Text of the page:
There may be more violations to be found online. We found this information randomly while researching for info on Holtec and its owner, Krishna Singh.

University of Pennsylvania Ph.D. in Mechanical Engineering (1972)
University of Pennsylvania M.S. in Mechanical Engineering (1969)
B.I.T. Sindri, Ranchi University B.S. In Mechanical Engineering (1967)
1986 – Present President and CEO

Alan Soler is listed in some places as co-founder and is VP of Holtec. A guess is that it is majority owned by Singh, with some ownership by Soler. Lakshmi Mittal, whose Industeel provides steel for nuclear components, has kept his India citizenship, even though he lives in the UK. http://en.wikipedia.org/wiki/Lakshmi_Mittal For Singh we don’t know. Since Arcelor Mittal owns steel facilities in the US, one guesses that he supplies the steel for Holtec. We found what looks like a shipping record from Industeel Belgium to Holtec in the US. Industeel is a subsidiary of Arcelor Mittal and provides the steel for Areva at Le Creusot, France, which makes components for the US nuclear industry.

[2] http://en.wikipedia.org/wiki/Lucens_reactor http://de.wikipedia.org/wiki/Reaktor_Lucens#Untersuchung_des_Unfalles_und_Dekontamination_des_Reaktors

[3] https://www.opensecrets.org/lobby/clientissues_spec.php?id=D000067047&year=2008&spec=ENG https://www.opensecrets.org/lobby/clientlbs.php?id=D000067047&year=2008 https://www.opensecrets.org/lobby/clientsum.php?id=D000000222&year=2008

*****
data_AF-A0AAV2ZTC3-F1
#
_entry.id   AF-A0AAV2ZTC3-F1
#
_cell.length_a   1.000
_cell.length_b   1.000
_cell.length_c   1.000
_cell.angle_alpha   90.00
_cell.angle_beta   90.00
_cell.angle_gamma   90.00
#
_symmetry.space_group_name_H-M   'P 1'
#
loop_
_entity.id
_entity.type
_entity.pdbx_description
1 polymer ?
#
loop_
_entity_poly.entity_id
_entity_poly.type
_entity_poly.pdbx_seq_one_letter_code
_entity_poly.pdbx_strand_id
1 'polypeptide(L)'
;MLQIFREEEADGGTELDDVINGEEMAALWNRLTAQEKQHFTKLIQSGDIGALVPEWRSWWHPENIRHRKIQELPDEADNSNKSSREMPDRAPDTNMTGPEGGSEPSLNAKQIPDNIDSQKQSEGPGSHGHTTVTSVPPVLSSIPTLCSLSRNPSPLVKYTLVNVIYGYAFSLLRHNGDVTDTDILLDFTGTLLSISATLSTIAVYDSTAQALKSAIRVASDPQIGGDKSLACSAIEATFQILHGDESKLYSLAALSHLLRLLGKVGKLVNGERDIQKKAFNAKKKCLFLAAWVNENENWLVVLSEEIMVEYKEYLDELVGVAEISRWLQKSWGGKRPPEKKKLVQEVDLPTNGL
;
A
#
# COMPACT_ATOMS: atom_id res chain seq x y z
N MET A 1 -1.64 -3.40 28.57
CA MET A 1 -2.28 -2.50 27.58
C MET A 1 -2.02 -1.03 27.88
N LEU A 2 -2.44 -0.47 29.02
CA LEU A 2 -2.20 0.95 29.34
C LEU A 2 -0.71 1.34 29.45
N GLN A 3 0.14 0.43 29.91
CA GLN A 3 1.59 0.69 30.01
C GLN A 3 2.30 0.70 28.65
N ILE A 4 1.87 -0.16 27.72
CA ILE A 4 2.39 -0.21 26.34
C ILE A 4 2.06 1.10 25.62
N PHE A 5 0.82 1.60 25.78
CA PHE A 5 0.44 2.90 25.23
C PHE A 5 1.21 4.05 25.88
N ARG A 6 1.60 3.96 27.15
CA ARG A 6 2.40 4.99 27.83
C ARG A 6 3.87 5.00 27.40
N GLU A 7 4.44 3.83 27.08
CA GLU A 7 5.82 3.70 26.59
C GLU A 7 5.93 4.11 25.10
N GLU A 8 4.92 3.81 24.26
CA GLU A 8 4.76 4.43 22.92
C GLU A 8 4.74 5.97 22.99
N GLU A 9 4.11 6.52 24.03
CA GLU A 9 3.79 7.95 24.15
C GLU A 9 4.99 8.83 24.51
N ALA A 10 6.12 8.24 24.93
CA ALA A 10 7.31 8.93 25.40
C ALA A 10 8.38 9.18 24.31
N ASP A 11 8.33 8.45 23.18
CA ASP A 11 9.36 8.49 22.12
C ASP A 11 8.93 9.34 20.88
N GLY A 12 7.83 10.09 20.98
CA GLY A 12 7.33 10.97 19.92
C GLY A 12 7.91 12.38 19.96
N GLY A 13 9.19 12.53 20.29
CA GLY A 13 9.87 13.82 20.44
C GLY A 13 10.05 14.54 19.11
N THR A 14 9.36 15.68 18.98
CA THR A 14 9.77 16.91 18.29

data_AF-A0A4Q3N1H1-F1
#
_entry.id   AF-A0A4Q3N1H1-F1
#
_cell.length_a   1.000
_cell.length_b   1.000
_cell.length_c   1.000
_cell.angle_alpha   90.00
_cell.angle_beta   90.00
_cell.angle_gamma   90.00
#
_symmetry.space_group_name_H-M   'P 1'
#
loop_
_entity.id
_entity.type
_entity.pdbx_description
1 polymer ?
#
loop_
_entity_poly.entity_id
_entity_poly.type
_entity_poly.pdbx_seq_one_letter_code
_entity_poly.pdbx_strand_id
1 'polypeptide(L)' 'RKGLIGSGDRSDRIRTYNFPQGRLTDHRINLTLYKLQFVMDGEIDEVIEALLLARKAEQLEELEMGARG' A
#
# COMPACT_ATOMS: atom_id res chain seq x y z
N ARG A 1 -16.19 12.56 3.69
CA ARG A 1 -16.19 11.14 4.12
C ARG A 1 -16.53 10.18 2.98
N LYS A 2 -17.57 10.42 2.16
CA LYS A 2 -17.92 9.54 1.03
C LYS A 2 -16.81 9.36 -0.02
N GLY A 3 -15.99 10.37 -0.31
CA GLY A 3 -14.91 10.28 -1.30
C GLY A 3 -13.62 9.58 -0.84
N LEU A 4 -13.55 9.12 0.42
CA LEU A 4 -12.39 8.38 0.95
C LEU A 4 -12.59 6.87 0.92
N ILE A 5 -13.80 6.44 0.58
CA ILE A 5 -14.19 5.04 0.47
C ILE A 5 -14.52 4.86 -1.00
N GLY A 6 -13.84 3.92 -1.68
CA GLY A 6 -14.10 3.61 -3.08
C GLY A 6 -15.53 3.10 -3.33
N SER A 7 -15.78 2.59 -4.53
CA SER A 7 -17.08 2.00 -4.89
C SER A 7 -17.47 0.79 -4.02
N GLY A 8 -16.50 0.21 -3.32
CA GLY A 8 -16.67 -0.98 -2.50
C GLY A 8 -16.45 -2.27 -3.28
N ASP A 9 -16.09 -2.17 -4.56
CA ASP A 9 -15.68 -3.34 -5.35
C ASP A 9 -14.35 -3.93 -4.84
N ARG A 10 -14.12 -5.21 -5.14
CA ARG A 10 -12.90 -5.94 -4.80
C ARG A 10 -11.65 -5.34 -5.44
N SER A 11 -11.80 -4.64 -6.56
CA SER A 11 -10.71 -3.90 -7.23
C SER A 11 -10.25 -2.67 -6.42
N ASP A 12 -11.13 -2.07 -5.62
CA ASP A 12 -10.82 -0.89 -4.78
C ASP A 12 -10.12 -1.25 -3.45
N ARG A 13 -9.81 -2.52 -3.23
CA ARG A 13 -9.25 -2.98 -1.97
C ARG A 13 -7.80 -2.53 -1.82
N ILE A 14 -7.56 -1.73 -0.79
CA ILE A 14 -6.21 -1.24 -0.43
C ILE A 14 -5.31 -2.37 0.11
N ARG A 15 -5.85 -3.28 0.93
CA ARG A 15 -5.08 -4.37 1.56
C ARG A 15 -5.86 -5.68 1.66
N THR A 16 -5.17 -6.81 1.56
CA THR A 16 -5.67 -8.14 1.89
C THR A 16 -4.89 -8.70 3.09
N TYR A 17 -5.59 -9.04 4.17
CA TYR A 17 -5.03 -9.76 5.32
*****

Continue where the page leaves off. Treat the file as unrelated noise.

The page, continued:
(Lobbying Info from Opensecrets.org, CC BY-NC-SA 3.0)

Update note

Environmental Embrittlement of Ductile Iron” by M. Gagné et. al.
Ductility loss in Hydrogen-charged Ductile Cast Iron
Hisao Matsunaga et. al. 13th International Conference on Fracture June 16–21, 2013, Beijing, China http://www.gruppofrattura.it/ocs/index.php/ICF/icf13/paper/viewFile/11182/10561

The below 1998 Sandia National (Nuclear) lab document has been brought up by a Castor fan who says it’s not subject to embrittlement because it is ductile cast iron. However, it does not address radiation damage and is for temporary, short-term, transport. Sure ductile cast iron is good for that. The embrittlement problem occurs over time with exposure to radiation and hydrogen attack leading to microscopic changes which can lead to macroscopic changes. “Sandia National Laboratories report, Fracture Mechanics Based Design for Radioactive Material Transport Packagings Historical Review“, SAND98-0764 UC-804, April 1998 https://www.osti.gov/scitech/servlets/purl/654001 Holtec specifications, as written, are apparently minimally acceptable brand new. The issue is over time and as subjected to radiation and environmental degradation.

The most important is the constant monitoring, and ability and willingness to replace canisters before failing. And to let innovation into the market place. It appears to be being blocked out.